Agenda item - Audit Findings 2019/2020 - Grant Thornton

Agenda item

Audit Findings 2019/2020 - Grant Thornton


Mr. J. Murray, the Engagement Lead, Grant Thornton presented the Grant Thornton Audit Findings 2019/20 report and in doing so highlighted that Members had previously been made aware of the challenges faced by both themselves and officers due to the outbreak of the Covid-19 coronavirus pandemic, which had had a significant impact on the normal operations of the Council.


During consideration of this item, Members’ attention was drawn to the following:


·         There was one item, in relation to housing benefit payments to claimants, which amounted to £72k, which was shown in 2019/20, rather than in 2020/21.  Officers had declined to adjust this owing to the impact on ongoing claim payments and would process the change at the beginning of 2021/22.  This was included in the Letter of Representation.

·         The audit adjustments, as detailed at Appendix C. 

·         Recommendations raised for management, as detailed at Appendix A.

·         The follow up of recommendations from the prior year’s audit, as detailed at Appendix B.

·         The work was substantially completed, and it was anticipated that the audit opinion would be unmodified, but would include an ‘Emphasis of Matter, highlighting the material uncertainty around property valuations.


It was explained to members that Grant Thornton had competed the risk-based review of the Council’s value for money arrangements in respect of the significant risks identified in the Audit Plan around financial sustainability.  It was concluded that Bromsgrove District Council had proper arrangements to secure economy, efficiency and effectiveness in its use of resources in this area.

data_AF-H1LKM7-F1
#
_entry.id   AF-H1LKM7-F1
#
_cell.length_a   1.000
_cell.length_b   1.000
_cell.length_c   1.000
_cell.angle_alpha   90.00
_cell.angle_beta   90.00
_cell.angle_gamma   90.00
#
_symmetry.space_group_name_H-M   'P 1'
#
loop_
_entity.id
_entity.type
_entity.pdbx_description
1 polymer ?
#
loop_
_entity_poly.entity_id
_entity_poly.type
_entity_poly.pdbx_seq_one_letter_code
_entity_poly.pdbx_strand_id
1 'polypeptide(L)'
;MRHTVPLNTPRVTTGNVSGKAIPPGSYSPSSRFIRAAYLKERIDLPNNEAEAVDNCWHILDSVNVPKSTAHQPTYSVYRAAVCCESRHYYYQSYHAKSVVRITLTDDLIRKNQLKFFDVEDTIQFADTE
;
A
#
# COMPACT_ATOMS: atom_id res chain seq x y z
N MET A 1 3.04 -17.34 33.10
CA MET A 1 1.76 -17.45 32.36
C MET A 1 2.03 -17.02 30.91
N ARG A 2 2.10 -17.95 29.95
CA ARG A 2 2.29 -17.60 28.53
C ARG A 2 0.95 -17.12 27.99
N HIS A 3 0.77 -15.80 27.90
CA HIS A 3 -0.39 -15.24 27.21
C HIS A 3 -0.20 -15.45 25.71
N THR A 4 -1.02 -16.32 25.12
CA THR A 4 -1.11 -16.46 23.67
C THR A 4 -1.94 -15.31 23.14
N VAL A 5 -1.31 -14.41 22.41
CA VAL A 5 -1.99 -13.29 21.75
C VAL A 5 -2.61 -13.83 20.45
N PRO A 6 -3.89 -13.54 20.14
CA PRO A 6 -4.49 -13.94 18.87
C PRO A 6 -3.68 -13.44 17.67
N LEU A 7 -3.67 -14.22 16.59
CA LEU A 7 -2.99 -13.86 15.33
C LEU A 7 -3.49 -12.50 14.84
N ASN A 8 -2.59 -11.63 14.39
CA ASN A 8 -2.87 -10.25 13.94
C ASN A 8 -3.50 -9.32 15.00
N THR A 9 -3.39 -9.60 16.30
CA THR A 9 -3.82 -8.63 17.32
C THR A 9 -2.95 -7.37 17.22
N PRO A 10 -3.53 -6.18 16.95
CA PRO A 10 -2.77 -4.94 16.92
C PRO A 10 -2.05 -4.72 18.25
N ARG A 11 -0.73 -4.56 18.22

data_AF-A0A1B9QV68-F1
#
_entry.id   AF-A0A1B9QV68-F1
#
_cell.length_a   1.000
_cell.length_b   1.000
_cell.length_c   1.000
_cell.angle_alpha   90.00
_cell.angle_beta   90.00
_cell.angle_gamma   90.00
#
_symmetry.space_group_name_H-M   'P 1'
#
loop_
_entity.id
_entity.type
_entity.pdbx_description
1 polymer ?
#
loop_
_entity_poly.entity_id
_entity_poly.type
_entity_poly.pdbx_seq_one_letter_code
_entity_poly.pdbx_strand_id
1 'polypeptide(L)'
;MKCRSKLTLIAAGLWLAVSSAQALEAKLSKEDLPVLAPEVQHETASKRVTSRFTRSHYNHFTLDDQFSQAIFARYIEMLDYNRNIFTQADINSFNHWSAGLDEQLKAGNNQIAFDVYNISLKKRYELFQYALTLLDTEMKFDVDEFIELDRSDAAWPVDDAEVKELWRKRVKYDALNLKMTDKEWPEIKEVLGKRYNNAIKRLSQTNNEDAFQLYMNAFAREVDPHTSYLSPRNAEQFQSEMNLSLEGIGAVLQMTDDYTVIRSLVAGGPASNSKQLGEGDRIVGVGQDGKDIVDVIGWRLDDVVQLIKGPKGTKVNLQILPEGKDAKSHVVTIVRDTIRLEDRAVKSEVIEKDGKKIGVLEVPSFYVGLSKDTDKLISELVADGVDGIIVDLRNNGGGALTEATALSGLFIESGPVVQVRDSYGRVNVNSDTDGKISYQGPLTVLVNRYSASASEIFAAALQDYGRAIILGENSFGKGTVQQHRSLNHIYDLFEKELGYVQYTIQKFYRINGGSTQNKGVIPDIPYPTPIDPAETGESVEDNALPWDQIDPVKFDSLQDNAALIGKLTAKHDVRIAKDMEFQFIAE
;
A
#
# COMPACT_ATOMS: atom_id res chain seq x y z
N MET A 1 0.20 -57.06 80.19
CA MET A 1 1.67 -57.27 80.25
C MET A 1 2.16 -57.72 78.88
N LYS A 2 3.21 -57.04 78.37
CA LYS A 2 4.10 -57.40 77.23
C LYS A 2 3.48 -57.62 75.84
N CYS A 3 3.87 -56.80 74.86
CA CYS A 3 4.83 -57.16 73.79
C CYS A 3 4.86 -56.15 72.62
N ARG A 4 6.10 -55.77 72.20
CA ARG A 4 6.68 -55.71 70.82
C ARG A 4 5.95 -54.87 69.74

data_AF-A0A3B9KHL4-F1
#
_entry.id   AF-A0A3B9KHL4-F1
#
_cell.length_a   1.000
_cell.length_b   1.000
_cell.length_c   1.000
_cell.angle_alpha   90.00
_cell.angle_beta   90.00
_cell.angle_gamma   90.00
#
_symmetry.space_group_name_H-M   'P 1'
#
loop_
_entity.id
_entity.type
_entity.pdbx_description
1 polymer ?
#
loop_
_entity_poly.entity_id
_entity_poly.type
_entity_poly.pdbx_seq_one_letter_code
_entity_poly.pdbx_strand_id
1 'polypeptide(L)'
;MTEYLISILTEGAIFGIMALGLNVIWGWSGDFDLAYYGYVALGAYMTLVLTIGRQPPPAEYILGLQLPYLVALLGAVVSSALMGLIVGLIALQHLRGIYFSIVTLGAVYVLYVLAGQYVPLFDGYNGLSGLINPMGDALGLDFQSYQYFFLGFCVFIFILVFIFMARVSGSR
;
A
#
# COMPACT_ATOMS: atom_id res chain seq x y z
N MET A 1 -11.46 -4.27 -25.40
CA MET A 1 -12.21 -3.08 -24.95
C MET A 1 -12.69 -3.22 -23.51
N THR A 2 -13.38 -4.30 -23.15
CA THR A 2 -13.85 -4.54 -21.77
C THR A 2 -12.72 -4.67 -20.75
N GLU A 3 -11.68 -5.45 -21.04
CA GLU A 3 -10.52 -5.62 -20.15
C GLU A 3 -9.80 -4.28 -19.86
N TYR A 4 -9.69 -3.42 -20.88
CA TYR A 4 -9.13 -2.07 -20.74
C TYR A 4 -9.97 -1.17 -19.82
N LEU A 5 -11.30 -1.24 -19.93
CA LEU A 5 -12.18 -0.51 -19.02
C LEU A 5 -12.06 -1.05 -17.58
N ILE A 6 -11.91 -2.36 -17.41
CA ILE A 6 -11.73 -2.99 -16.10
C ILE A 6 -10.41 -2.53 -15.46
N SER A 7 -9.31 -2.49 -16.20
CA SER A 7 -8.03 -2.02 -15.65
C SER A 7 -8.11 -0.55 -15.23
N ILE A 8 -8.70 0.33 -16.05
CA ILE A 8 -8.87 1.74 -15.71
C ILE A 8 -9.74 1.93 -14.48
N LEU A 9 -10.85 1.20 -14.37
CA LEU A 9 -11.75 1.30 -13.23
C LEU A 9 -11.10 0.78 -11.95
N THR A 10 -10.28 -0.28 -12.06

It was also considered whether the significant challenges in relation to the financial statements audit also needed to be reflected in our value for money conclusion, given one of the National Audit Office, Value for Money (VFM) criteria which related to ‘Unreliable and untimely financial reporting that doesn’t support delivery of strategic priorities, such as the late submission of financial statements for audit’.  This was considered by an independent consistency panel who agreed with their assessment that the VFM conclusion should not be qualified in this regard.  This was principally because of the support from the Chief Executive to the Acting S.151 officer, and of the audit process.